Crews are still tearing up floors and walls at 312/324 Main Street, a grey, monolithic building standing four storeys in Vancouver’s Downtown Eastside.
Andy Broderick had expected development permits from the City of Vancouver to arrive last month so renovations could begin at the former cop shop on the corner of Cordova Street.
Instead, Vancity’s vice-president of impact market development remains confident construction will start in the “next few weeks” for Vancouver’s Technology and Social Innovation Centre.
The City of Vancouver selected the 100,000-square-foot site in October 2014 as a tech hub that would fill the space left empty after the police department moved out in 2010. Jail cells still lined the walls for tech entrepreneurs who’ve toured the site.
The goal is to bring in digital tech startups, clean-tech companies, tech accelerators, non-profits and micro-enterprises under one roof in one of Canada’s most poverty-stricken neighbourhoods.
The city had already spent $1.1 million on upgrading the building, while the Vancity Community Foundation earmarked another $1.5 million for the project in 2013.
The foundation is serving as the project’s landlord and the Vancouver Economic Commission (VEC) will monitor its economic impact and try to bring in investors and mentors.
“I don’t for a minute think that all the tech activity is going to be narrowly focused on the problems in the neighbourhood or opportunities in the neighbourhood,” Broderick said. “But we want to make sure that the innovation centre responds to the needs of that [Downtown Eastside] neighbourhood, which are jobs, the opportunity of entrepreneurism as a way to address limited opportunities for employment.”
No tenants have been secured yet, but Broderick expects the Vancity Community Foundation to announce the first one in January.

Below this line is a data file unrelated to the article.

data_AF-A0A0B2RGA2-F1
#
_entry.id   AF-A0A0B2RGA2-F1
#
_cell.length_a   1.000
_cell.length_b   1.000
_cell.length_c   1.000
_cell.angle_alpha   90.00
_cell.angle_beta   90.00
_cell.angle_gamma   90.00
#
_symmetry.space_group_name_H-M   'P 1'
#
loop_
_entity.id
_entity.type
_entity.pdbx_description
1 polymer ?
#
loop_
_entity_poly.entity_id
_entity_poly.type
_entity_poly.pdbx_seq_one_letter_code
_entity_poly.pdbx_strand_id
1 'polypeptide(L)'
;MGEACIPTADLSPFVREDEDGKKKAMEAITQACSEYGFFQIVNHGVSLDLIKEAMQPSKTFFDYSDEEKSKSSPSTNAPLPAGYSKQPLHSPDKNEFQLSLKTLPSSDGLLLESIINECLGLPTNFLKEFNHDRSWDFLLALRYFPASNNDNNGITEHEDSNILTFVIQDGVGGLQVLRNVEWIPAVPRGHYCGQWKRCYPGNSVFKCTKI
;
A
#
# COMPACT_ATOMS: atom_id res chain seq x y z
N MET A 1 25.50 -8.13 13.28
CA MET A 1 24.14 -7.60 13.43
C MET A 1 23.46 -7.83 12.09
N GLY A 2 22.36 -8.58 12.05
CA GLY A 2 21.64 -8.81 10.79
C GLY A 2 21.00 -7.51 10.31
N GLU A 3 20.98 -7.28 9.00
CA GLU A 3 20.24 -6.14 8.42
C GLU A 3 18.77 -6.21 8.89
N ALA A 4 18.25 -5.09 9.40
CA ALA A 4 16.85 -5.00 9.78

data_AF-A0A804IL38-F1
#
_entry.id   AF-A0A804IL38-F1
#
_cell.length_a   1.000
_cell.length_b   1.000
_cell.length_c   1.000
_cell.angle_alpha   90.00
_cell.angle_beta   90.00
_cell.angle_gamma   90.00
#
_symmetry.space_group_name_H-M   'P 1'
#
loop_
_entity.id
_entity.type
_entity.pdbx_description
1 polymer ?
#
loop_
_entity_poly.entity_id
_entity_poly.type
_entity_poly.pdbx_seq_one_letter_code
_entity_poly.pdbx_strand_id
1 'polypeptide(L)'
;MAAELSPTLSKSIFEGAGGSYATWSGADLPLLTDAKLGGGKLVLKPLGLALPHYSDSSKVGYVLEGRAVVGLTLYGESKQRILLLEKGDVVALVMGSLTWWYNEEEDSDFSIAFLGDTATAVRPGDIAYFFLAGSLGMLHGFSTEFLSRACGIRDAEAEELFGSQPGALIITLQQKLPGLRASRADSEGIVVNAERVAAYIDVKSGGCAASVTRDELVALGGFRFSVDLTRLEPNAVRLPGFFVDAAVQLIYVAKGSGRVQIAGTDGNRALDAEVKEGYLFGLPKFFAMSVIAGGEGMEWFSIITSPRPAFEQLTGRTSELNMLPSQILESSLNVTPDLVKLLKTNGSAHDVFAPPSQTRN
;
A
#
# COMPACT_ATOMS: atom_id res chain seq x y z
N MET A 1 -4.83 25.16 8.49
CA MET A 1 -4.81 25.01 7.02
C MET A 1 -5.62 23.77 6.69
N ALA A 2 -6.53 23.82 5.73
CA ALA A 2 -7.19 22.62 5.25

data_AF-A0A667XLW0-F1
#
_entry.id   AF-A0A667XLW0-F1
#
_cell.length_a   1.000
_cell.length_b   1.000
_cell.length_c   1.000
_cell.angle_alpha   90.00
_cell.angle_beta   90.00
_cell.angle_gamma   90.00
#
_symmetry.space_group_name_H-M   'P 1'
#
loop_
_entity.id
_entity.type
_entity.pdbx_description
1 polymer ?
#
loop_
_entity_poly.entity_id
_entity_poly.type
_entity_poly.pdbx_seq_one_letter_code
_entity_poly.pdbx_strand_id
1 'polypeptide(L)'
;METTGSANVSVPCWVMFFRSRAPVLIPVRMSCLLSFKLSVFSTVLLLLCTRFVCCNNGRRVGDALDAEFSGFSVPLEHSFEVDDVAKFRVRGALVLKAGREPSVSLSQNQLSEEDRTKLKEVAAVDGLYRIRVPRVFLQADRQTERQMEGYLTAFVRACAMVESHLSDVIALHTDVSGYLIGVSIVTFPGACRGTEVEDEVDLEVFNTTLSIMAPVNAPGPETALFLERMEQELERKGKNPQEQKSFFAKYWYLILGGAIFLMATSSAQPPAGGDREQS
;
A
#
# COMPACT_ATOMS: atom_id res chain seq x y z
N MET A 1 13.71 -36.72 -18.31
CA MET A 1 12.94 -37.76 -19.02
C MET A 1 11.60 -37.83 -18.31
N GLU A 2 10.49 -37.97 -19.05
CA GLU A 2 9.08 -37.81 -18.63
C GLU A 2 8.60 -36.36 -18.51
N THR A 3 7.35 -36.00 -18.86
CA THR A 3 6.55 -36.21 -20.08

Meanwhile, the foundation and the VEC will form a joint advisory committee with community groups in the new year to determine which tenants are best suited for the hub and the neighbourhood.
And if construction begins in the coming weeks, Broderick anticipates the hub will celebrate a soft opening by the end of November 2016.
Sean Elbe, VEC’s tech-sector development manager, said the commission hasn’t limited itself to discussions with local tech players for filling space at the hub.
“We’re talking to a number of global platforms for acceleration,” he said.
Accelerators generally make money by taking equity in a startup in exchange for workspace, networking opportunities to raise capital and mentorship from tech leaders.
While the VEC is talking to global accelerators about moving into the hub, it also held discussions three years ago with the Vancouver-based Launch Academy incubator.
“We were just not in a position for Launch Academy to take an entire floor and mould and shape it. My focus has been on building Launch Academy and not building a new tech hub,” said CEO Ray Walia, whose incubator provides services similar to those of an accelerator.